Cameron Hopkins, owner of SuperVel Ammunition, was good enough to give us a tour of what he thinks are some of the best machine guns ever made.
 

BIG SANDY MACHINE GUN SHOOT
 

 H&K MP5SD cameron hopkins supervel
Cameran Hopkins loves guns. Here he is posing with his H&K MP5SD. (Photo: Ben Philippi/Guns.com)


Hopkins, like dozens of other machine gun owners, attended the Big Sandy Shoot in March 2021. Many of his machine guns are dealer samples, which means they're not transferable. This makes them worth considerably less than machine guns manufactured before 1986, which are finite in number and can be bought or sold with a $200 tax stamp from the ATF.

But Hopkins can still play with his machine guns all he wants, and that is perhaps more important. He had quite a selection on hand at the shoot and was more than happy to share with us what he thought were some of the best machine guns in his collection.
 

M2 BROWNING MA DEUCE
 

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The M2 Browning was invented in 1921 and is still in heavy use today. (Photo: Ben Philippi/Guns.com)


"We start off right here with a Ma Deuce," said Hopkins, pointing to his M2 Browning .50 caliber machine gun. "This is a heavy machine gun invented by John Browning in 1921. This gun went into service in 1921, and we're still using it." This is a testament to the brilliance of the design and the hard-hitting power of the .50 caliber round.
 

VICKERS
 

water cooled vickers machine gun
The water-cooled Vickers machine gun was used extensively in WWI. (Photo: Ben Philippi/Guns.com)


Hopkins points to the next machine gun in his collection, a water-cooled Vickers. "The enemy of machine guns is heat. Heat kills machine guns, and we've done various things to try to keep them cool," he said. The Vickers was a British machine gun used extensively during the First World War. Chambered in .303 British, it was produced from 1912 to 1968. It used a tube full of circulating water around the barrel to keep it cool.
 

PKM
 

Soviet PKM battlefield vegas
The Soviet PKM is considered to be very reliable. This PKM was photographed at Battlefield Vegas. (Photo: Ben Philippi/Guns.com)


The next gun Hopkins shows us is, in his opinion, a candidate for best machine gun. It is a Soviet PKM chambered in 7.62x54mmR. "This gun is so rugged and reliable, it is unbelievable," he said. "It's used by Third World countries the world over, by untrained troops, in the jungle, the worst conditions, and it always, always, always runs." The original PK machine gun was introduced in 1961 and an improved PKM variant was introduced in 1969 and is still going strong today.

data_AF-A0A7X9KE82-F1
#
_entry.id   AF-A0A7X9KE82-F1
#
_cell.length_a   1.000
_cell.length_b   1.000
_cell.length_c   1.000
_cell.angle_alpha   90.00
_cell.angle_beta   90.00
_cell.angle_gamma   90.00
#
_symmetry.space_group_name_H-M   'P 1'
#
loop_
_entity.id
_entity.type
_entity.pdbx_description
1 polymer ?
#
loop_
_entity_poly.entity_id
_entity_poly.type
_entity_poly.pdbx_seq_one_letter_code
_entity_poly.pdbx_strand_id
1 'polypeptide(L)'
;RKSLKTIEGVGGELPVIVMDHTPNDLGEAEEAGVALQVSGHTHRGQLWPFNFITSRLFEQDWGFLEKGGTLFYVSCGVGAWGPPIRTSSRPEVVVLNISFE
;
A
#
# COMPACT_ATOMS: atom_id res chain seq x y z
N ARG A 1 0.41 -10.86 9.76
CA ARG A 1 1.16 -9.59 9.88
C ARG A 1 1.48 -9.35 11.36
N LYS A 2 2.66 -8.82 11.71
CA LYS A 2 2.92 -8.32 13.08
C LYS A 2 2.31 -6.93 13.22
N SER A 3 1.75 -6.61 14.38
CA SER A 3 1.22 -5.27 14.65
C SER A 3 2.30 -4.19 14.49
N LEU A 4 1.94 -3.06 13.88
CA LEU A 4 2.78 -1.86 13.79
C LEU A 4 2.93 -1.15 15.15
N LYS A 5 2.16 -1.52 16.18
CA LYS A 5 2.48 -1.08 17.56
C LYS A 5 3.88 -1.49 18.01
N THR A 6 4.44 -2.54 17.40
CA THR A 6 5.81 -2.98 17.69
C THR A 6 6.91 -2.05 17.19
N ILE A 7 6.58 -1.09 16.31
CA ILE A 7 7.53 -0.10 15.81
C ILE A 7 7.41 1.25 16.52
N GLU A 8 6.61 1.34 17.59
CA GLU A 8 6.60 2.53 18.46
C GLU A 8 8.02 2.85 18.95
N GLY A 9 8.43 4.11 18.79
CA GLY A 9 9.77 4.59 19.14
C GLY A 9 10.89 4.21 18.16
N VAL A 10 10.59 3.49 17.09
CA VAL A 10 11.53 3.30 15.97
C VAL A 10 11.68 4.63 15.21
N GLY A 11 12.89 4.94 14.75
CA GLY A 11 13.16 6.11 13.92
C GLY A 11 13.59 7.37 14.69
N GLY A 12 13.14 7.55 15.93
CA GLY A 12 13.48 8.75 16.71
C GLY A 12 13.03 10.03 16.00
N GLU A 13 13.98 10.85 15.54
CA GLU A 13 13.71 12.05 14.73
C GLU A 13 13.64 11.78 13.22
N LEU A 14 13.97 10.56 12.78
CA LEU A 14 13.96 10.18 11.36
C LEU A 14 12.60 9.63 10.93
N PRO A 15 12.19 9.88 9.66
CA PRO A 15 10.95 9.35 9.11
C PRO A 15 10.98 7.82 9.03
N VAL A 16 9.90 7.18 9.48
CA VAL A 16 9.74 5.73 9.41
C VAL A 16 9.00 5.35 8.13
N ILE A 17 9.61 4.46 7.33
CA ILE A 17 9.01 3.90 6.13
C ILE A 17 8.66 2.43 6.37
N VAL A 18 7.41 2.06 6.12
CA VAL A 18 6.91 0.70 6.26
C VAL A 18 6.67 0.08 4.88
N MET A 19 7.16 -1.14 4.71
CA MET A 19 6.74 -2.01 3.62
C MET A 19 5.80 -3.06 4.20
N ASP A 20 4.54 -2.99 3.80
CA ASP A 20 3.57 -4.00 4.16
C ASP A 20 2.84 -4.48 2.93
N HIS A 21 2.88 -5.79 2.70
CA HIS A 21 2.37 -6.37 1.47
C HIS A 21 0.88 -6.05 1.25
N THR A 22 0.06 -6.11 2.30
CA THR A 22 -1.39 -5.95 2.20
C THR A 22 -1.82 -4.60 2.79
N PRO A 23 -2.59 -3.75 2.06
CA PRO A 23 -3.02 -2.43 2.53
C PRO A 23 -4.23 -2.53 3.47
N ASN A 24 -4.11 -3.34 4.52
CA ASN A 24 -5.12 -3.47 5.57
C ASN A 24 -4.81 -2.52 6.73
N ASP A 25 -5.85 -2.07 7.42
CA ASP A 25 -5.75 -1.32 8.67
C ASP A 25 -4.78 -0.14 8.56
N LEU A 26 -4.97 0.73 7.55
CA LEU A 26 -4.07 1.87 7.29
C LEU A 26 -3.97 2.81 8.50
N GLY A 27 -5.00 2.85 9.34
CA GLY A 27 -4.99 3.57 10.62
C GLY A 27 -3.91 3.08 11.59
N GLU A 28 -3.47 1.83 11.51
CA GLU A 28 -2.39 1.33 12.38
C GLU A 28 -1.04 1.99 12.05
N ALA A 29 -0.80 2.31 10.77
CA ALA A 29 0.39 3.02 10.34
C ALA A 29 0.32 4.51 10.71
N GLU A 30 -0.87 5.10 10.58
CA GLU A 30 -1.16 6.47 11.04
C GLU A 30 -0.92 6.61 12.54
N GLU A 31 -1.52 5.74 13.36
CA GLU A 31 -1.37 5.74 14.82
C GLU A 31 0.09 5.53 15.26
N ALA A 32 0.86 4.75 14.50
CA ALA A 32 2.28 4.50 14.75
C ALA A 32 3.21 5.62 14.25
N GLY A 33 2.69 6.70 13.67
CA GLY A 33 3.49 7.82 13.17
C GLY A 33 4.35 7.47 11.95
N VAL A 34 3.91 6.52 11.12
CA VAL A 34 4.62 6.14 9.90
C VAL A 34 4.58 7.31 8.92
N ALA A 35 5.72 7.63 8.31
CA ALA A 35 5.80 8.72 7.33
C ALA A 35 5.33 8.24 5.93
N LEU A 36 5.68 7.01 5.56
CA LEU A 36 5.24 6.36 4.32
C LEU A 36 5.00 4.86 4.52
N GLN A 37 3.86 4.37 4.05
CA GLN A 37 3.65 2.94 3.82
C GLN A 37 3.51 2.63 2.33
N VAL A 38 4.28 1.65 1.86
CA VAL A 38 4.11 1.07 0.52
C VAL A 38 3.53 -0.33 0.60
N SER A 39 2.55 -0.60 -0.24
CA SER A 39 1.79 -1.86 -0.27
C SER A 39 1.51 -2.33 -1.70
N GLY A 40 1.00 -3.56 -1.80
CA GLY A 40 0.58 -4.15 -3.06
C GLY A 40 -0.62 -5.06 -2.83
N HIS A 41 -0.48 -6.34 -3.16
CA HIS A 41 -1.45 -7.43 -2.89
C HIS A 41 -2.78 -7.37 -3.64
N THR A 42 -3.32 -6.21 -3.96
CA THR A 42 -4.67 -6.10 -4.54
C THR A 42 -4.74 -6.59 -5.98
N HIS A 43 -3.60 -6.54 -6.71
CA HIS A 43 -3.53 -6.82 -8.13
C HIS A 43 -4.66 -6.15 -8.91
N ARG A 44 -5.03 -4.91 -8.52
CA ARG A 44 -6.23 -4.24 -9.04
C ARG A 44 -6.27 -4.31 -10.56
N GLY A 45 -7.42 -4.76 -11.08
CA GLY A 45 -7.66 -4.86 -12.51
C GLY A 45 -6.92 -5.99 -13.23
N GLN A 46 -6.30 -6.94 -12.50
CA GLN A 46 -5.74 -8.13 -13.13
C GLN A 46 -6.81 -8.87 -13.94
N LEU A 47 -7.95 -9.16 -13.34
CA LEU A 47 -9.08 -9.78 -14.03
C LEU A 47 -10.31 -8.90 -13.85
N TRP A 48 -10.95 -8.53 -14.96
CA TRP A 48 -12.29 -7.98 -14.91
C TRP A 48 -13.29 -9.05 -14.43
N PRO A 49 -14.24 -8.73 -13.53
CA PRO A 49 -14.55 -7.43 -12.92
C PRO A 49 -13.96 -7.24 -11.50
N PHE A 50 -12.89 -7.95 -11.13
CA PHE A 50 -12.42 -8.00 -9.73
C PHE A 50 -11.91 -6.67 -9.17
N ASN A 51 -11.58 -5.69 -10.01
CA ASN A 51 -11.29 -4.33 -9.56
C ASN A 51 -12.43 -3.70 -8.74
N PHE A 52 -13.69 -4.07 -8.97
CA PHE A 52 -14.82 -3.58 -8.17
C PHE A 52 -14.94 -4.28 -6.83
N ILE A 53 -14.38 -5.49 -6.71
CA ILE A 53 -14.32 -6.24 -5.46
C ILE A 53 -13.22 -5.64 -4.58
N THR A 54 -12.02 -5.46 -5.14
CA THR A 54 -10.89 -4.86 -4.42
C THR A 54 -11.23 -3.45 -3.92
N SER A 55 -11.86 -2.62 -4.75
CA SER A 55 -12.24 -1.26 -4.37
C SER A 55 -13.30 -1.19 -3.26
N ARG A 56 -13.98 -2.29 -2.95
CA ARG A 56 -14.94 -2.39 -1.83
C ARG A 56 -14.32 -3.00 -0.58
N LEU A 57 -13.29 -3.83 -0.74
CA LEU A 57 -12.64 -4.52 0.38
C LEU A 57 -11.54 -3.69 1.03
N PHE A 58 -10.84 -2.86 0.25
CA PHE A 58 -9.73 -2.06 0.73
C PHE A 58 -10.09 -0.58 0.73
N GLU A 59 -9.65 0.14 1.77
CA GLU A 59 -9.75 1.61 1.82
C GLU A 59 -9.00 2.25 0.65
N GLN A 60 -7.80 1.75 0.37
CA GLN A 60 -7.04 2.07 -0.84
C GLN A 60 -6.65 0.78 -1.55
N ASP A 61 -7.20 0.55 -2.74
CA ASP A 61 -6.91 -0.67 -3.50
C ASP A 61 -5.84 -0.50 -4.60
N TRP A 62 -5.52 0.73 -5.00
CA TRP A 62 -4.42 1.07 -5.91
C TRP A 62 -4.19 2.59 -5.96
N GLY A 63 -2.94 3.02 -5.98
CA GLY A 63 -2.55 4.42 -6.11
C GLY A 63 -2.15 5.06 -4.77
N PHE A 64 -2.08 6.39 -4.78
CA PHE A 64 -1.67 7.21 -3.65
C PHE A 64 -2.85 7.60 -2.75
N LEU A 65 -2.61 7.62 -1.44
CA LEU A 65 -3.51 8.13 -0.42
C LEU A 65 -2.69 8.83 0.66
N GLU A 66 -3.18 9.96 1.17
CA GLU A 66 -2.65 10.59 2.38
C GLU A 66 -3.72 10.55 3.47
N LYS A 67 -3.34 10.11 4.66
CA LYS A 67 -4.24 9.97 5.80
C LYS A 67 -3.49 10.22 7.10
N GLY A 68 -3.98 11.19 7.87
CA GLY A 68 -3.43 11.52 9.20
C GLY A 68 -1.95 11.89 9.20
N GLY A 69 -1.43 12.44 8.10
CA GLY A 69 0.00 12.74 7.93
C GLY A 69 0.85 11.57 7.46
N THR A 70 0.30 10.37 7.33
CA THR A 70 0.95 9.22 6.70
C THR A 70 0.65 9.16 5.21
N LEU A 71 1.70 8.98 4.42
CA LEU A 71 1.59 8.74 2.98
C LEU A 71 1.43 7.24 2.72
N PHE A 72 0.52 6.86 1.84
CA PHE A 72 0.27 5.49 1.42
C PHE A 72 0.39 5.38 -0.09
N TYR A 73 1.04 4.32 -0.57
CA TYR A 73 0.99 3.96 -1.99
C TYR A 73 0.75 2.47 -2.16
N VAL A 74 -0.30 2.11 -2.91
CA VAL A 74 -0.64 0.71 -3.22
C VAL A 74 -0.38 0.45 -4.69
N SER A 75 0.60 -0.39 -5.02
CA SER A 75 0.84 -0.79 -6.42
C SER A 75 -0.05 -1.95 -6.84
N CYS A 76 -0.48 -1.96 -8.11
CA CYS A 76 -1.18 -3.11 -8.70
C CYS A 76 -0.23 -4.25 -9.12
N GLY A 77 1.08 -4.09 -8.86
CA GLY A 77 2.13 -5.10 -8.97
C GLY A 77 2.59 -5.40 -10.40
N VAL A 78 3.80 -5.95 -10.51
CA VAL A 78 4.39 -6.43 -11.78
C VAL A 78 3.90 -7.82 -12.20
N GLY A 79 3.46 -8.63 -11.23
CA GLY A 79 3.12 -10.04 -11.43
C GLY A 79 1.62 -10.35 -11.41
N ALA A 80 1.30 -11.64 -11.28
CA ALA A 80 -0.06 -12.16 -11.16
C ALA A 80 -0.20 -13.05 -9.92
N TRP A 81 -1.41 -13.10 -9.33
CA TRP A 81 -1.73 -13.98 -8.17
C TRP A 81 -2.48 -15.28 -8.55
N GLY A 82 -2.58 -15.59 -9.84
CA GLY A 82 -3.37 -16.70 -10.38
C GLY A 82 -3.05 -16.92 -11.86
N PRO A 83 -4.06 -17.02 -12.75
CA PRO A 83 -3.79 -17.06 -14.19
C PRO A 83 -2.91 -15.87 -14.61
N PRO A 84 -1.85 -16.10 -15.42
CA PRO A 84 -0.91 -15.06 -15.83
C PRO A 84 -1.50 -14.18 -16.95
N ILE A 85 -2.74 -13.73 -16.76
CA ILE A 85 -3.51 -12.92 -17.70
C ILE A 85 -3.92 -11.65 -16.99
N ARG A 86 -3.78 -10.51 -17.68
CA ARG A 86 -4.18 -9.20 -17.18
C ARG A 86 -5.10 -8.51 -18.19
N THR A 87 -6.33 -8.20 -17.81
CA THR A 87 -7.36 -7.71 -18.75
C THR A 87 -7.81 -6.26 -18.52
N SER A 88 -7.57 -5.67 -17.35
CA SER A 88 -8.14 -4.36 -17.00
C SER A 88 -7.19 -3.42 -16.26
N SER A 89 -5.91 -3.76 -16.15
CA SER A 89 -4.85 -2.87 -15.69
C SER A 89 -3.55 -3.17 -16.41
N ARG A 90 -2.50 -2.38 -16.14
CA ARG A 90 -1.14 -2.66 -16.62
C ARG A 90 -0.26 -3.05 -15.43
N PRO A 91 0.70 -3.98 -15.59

UK VZ. 59
 

UK vz. 59
The Uk vz. 59 is rare and unique. The gun is charged with the handle. The gun also rests under the tripod. (Photo: Ben Philippi/Guns.com)


Up next is one of the more unusual and rare guns in Hopkins' collection. It is a Uk vz. 59. It's a Czechoslovakian machine gun in the same chambering as the PKM. What makes this gun unique is how it is charged. "The grip itself is the charging handle," said Hopkins. Another unique feature of the gun is that it rests underneath its tripod, not on top.
 

MG 74
 

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The MG 74 was a simplified and very successful update of the infamous MG 42. (Photo: Ben Philippi/Guns.com)


The next gun up is the second candidate for best machine gun according to Hopkins. It's an MG 74. This is the updated version of the MG 42, which was used extensively by the Nazis during World War II. The MG 42 was often referred to as Hitler's zipper because of its high rate of fire at 1,200 rounds per minute of 7.92×57mm Mauser.

The MG 42 was so successful, that it was standardized in the late 1950s and re-chambered in 7.62x51mm NATO. The new name was the MG 74, or MG 3 machine gun. It is still in use by armed forces of over 30 countries.
 

FN M240
 

FN M240 belonging to Little Fat Guy at the Knob Creek Machine Gun Shoot
An FN M240 belonging to Little Fat Guy at the Knob Creek Machine Gun Shoot. (Photo: Ben Philippi/Guns.com)


The last gun Hopkins shows us his third candidate for best machine gun. It's an FN M240. It is currently the general-purpose machine used by U.S. forces. It fires the 7.62x51mm NATO round and is extremely reliable. First hitting the scene in 1977, it is still produced by FN at their factory in Columbia, South Carolina.

"If this gun were transferable, you're looking at a quarter-million dollars. It is non-transferable. It is a dealer sample. So, it's worth maybe twelve thousand," said Hopkins.
 

SHOP CERTIFIED USED GUNS

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